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X-RAY CRYSTALLOGRAPHY

Study of crystalline structures using diffraction of X-rays. The Debye and Scherrer method uses diffraction of monochromatic rays from a powdered crystalline sample giving a range of angles of incidence with respect to crystallographic axes. The arrangement of atoms in space can be inferred from the distribution of intensity in the diffraction pattern. The unit cell determines the geometry of diffraction maxima while the distribution of atoms within the unit cell controls the intensity of each reflection. The Line method examines polychromatic diffraction from a single crystal. See Bragg equation

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X-RAY FLUORESCENCE SPECTROMETRY

A method of chemical analysis in which the sample is bombarded by very hard X-rays or gamma-rays, and secondary radiations, characteristic of the elements present, are studied spectro

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X-RAY FOCAL SPOT

That small area of the target anode of an X-ray tube on which the electron beam is incident, and from which emitted X-rays emerge. High- power tubes frequently have a line focus to minimize localization of the heat dissipated at the anode.

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X-RAY LASER

A laser with an output in the X-ray region of the spectrum. Using highly ionized selenium plasma as the lasing medium, laser output at 20-6 and 20-9 nm has been recently reported.

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X-RAY MICROSCOPE

Microscope using soft X-rays and a Fresnel zone plate as the focusing device; a resolution of 200 nm has been obtained using a scanning technique. The zone plate is made using a scanning transmission electron microscope, and synchrotron radiation is used as the source of X-rays. See panel on Electron microscope.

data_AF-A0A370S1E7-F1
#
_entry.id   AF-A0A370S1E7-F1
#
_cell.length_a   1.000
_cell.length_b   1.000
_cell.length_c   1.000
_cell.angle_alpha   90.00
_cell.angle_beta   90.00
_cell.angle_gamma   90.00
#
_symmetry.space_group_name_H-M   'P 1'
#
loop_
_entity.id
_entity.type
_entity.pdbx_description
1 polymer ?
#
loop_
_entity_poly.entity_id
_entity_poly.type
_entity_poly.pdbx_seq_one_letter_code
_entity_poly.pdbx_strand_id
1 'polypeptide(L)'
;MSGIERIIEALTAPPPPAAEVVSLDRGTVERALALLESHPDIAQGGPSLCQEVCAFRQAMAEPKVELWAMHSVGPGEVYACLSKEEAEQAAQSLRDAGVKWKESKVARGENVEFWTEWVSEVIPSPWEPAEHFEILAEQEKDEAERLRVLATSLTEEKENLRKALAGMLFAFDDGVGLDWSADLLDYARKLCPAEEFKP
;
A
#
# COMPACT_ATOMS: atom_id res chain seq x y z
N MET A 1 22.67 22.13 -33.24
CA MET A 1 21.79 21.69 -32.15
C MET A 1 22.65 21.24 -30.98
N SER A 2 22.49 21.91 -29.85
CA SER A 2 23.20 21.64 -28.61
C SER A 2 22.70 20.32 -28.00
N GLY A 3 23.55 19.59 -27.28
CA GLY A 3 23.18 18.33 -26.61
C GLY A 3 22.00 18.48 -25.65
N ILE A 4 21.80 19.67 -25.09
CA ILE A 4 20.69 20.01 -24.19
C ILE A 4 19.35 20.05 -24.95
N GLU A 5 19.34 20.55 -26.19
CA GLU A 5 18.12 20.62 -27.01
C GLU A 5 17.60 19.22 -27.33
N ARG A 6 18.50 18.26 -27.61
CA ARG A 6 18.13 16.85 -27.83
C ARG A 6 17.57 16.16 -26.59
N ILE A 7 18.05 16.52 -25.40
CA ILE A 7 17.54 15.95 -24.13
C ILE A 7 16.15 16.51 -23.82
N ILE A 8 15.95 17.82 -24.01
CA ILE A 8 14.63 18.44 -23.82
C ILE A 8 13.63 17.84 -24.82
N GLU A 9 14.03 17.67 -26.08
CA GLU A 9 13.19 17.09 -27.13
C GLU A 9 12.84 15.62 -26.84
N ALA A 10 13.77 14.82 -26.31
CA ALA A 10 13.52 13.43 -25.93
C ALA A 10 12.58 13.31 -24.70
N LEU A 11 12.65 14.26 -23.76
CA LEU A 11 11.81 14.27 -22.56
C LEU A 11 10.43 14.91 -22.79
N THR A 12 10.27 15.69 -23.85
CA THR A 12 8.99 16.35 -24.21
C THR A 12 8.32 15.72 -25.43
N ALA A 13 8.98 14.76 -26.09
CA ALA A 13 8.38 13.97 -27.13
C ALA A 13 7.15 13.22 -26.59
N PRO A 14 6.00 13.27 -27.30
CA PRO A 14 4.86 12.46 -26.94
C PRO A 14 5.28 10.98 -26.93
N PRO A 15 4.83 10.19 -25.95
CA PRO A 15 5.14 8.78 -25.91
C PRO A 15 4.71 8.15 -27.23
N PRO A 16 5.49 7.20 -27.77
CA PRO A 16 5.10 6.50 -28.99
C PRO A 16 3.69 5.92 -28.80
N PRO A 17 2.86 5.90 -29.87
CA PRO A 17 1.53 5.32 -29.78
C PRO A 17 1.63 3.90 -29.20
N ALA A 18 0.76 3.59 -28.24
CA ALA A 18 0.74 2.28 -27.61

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X-RAY PHOTON

A quantum of X-ray energy given by hv, where v is the frequency and h is Planck's constant.

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X-RAY RADIOGRAPHY

The use of photographic film, often with an image intensifier screen, to record the intensities of X-rays which have passed through tissue in medicine or eg some mechanical structure in engineering. The X-rays are emitted by essentially a point source and the image is the shadow formed by the specimen.

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X-RAY SOURCE

One of several sources of cosmic X-rays: 1 the solar corona; 2 interacting binary stars, in which one member is a black hole or neutron star: 3 supernova remnants, such as the Crab Nebula; 4 some radio galaxies, such as Cygnus A. some Seyfert galaxies and some quasars. See panels on Black hole and Quasar.

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X-RAY SPECTROMETER

The name originally used for the X-ray diffractometer, but now abandoned in order to avoid confusion with X-ray fluorescent spectrometry/.

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X-RAY TELESCOPE

An instrument deployed at high altitude by balloon, rocket or spacecraft to detect and record cosmic X-rays from space. To focus the X-rays by mirrors, grazing incidence techniques are used. X-ray detectors include gas counters and scintillation counters. See panel on Astronomical telescope

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